Ask us a question

If you have a question about any of our projects, or you would like to get in touch about a project you are looking to undertake, please get in touch.

    Preventing harm from chlorinated solvents

    A contaminated site in north-eastern Hungary belonging to a multinational manufacturing company was contaminated with volatile organic compounds in the form of chlorinated solvents present as a dissolved plume and dense non-aqueous phase liquids (DNAPL). The plume had migrated 300 m into a residential area. Exposure can lead to short- or long-term health effects, depending on how it enters the body and the amount. Short-term side effects include dizziness, fatigue, headaches and skin rashes. Long-term side effects include chronic skin problems and damage to the nervous system, kidneys or liver.

    The insidious nature of the material means that there is no practical method for removing contaminated sources. The manufacturing company feared remediation would cost millions of euros but would be futile because of the nature of the material. So, it wanted to convince the local environmental authority that it could mitigate the risks to human health and the environment without trying to remove the contamination sources.

    The company asked BGT Hungaria Környezettechnológiai Kft. (BGT Hungaria) to perform human health and environmental risk assessments and develop a remediation design for the site. (In 2014, RSK acquired a 100% shareholding in BGT Hungaria.) It advocated adopting the US Environmental Protection Agency’s technical impracticality approach and the environmental authority agreed. This approach focused on mitigating the risks to human health and the environment. Using on-site dye tests and cone-penetration test membrane interface probe campaigns, BGT Hungaria investigated the DNAPLs. The plume was defined through hydrodynamic and contaminant-transport modelling. The study quantifies and predicts physical, chemical and biological processes. The data enabled BGT Hungaria to construct a conceptual site model.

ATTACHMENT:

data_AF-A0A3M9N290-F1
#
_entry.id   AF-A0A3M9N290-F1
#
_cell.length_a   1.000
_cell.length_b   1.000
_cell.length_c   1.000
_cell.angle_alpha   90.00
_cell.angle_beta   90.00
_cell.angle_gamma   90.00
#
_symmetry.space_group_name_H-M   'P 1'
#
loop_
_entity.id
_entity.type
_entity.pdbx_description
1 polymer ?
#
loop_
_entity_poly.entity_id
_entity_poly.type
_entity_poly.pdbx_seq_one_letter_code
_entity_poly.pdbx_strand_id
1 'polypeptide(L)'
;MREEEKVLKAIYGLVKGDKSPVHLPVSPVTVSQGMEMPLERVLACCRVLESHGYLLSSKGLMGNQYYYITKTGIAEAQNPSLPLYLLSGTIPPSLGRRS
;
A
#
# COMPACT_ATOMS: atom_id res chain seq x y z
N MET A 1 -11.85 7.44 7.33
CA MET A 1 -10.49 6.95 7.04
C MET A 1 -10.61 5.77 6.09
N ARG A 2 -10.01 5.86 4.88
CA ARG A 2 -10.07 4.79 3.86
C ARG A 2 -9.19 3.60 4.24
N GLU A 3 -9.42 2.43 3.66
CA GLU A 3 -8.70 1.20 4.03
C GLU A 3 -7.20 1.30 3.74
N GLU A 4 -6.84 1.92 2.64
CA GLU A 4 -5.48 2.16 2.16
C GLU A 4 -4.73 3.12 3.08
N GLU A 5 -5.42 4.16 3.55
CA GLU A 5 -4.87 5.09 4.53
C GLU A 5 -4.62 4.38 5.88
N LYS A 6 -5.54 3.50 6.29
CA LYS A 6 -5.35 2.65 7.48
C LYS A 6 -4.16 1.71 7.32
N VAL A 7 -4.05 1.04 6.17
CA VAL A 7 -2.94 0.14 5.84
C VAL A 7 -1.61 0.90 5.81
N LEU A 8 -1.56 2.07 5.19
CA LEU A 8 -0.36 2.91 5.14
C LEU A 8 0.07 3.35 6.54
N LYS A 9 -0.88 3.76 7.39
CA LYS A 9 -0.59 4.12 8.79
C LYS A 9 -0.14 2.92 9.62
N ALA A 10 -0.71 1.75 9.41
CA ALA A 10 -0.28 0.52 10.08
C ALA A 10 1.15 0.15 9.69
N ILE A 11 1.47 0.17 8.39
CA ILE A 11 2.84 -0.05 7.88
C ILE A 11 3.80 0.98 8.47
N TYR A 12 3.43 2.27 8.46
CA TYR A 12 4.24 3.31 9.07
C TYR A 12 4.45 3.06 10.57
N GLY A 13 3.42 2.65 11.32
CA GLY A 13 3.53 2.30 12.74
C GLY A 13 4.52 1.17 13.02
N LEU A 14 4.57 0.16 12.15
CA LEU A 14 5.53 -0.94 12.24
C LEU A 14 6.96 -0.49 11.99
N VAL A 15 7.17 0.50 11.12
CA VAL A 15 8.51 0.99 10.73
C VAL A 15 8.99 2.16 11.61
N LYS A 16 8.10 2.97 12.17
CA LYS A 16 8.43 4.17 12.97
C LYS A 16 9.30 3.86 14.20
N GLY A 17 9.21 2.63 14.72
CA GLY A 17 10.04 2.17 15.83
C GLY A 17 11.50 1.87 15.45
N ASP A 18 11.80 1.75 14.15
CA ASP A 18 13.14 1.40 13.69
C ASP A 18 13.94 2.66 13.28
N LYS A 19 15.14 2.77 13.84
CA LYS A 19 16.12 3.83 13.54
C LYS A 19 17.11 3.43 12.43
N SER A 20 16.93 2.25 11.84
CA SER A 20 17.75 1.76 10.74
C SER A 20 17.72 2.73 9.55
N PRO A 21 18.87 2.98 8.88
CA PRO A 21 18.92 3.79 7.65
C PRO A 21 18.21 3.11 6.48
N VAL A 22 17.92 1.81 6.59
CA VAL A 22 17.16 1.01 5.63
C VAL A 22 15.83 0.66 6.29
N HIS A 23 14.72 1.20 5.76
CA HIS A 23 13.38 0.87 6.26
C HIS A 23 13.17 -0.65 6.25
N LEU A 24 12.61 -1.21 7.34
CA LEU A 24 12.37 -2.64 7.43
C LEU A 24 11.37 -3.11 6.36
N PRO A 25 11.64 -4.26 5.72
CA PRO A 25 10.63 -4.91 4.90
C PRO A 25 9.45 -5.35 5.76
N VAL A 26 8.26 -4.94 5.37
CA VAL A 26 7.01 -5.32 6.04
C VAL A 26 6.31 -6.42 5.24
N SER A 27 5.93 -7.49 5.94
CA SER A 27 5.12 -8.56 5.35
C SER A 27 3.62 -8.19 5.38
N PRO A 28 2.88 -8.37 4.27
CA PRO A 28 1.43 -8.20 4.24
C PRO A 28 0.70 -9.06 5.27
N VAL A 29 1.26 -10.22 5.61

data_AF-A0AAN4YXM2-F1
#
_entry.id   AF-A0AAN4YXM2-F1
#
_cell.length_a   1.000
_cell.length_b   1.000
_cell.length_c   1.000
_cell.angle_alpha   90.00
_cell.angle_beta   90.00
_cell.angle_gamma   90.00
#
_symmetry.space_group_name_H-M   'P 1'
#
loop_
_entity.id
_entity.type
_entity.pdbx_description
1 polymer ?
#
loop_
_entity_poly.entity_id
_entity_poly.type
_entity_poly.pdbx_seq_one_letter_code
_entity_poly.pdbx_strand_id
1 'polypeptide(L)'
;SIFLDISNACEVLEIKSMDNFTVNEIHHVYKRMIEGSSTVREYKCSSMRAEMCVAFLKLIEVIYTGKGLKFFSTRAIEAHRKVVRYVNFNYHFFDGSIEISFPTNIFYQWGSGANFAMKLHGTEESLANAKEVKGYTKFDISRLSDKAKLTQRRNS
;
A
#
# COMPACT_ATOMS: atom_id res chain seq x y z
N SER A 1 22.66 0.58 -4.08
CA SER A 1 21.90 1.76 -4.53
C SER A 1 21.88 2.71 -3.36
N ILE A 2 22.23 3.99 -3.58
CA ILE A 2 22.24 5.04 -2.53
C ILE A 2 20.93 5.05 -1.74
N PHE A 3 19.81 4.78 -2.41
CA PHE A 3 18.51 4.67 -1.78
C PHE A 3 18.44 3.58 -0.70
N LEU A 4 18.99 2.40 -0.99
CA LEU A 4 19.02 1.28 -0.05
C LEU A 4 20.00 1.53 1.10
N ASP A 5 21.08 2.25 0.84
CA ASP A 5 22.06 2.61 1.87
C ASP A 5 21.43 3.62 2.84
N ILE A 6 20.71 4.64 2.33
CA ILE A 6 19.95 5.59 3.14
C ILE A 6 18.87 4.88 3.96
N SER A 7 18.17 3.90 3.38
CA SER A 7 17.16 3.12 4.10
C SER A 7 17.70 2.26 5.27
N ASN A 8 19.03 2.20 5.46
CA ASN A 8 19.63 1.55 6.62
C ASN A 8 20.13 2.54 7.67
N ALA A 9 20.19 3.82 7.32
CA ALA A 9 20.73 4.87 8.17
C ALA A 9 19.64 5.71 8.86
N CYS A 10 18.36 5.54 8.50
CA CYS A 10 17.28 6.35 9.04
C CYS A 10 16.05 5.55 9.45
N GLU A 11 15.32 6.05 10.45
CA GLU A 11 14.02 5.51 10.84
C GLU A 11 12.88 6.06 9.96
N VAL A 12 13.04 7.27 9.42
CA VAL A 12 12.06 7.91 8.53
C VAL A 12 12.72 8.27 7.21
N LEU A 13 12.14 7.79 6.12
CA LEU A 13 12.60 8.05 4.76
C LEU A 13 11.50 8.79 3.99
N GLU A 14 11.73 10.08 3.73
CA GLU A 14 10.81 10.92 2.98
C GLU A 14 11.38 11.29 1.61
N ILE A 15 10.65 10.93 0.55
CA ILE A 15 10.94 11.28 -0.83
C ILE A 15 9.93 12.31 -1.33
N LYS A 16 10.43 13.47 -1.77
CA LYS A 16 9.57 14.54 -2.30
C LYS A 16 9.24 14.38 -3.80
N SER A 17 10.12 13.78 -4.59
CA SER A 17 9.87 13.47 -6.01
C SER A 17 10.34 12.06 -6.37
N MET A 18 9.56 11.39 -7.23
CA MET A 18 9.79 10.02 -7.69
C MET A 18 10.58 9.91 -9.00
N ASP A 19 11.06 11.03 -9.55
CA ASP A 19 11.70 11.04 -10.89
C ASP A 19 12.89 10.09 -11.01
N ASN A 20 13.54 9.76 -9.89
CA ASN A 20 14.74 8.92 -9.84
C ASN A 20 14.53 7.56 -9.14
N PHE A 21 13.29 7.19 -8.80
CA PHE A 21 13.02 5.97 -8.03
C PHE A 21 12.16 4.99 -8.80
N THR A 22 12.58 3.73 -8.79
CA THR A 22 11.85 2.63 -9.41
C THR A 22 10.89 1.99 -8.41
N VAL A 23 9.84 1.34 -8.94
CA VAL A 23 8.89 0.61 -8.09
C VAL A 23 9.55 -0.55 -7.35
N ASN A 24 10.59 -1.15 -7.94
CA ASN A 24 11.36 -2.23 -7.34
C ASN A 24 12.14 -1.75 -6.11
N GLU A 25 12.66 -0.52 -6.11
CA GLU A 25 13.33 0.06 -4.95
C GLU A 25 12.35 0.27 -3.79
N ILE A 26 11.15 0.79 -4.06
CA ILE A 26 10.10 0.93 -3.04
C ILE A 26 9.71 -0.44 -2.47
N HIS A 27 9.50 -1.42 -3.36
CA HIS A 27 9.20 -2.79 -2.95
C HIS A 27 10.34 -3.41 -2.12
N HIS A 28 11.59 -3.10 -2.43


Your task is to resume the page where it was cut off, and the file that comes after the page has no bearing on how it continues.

The conceptual site model was a key element in determining the risk mitigation strategy. BGT Hungaria designed a pump-and-treat system to prevent plume-front migration. Sentinel wells in uncontaminated areas check for plume expansion and vapour intrusion monitoring systems in residential areas enable intervention measures, such as soil depressurisation systems, to be applied, should these be required to protect human health.

    For 10 years, the mitigation measures have contained the plume and protected humans and the environment. The adoption of a technical impracticality approach has saved the manufacturing company millions of euros. Monitoring is ongoing: BGT Hungaria analyses samples and the data are uploaded to a GIS system, which enables easy analysis and interrogation of a decade of data.

    • Location: Hungary
    • Project status: Complete
    Designing a pan-European platform for integrated pest management decision support systems
    View Project
    Maintaining a façade in London, UK
    View Project
    Boosting the appeal of school science experiments
    View Project
    Helping to revamp vital social housing in Greater Manchester, UK
    View Project
    Helping to eliminate fuel poverty in Merseyside, UK
    View Project
    Sourcing low-carbon-footprint energy for a home in Cheshire, UK
    View Project
    Installing complex architectural features on the US embassy in London
    View Project
    CAN creates childlike dreams in London, UK
    View Project